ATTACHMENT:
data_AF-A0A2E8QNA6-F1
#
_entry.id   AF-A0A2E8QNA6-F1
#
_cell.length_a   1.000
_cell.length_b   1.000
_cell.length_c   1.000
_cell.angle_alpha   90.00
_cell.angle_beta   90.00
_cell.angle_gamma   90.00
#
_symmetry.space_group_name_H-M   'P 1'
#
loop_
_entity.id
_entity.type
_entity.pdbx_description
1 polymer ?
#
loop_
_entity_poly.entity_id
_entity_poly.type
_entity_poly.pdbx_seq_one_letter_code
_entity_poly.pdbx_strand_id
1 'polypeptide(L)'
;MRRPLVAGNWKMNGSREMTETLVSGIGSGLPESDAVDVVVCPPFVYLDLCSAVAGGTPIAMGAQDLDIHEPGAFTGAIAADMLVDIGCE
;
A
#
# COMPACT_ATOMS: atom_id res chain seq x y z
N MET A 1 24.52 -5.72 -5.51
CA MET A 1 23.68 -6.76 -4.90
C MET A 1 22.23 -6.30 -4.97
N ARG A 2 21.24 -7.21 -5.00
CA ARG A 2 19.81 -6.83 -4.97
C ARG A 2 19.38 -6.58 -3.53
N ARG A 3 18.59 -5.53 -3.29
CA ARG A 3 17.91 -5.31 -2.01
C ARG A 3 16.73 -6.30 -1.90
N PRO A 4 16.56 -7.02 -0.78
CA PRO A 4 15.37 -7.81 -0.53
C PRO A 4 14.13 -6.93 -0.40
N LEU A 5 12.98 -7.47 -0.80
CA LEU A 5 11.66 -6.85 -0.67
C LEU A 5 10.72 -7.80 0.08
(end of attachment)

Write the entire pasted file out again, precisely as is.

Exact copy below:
data_AF-A0A2E8QNA6-F1
#
_entry.id   AF-A0A2E8QNA6-F1
#
_cell.length_a   1.000
_cell.length_b   1.000
_cell.length_c   1.000
_cell.angle_alpha   90.00
_cell.angle_beta   90.00
_cell.angle_gamma   90.00
#
_symmetry.space_group_name_H-M   'P 1'
#
loop_
_entity.id
_entity.type
_entity.pdbx_description
1 polymer ?
#
loop_
_entity_poly.entity_id
_entity_poly.type
_entity_poly.pdbx_seq_one_letter_code
_entity_poly.pdbx_strand_id
1 'polypeptide(L)'
;MRRPLVAGNWKMNGSREMTETLVSGIGSGLPESDAVDVVVCPPFVYLDLCSAVAGGTPIAMGAQDLDIHEPGAFTGAIAADMLVDIGCE
;
A
#
# COMPACT_ATOMS: atom_id res chain seq x y z
N MET A 1 24.52 -5.72 -5.51
CA MET A 1 23.68 -6.76 -4.90
C MET A 1 22.23 -6.30 -4.97
N ARG A 2 21.24 -7.21 -5.00
CA ARG A 2 19.81 -6.83 -4.97
C ARG A 2 19.38 -6.58 -3.53
N ARG A 3 18.59 -5.53 -3.29
CA ARG A 3 17.91 -5.31 -2.01
C ARG A 3 16.73 -6.30 -1.90
N PRO A 4 16.56 -7.02 -0.78
CA PRO A 4 15.37 -7.81 -0.53
C PRO A 4 14.13 -6.93 -0.40
N LEU A 5 12.98 -7.47 -0.80
CA LEU A 5 11.66 -6.85 -0.67
C LEU A 5 10.72 -7.80 0.08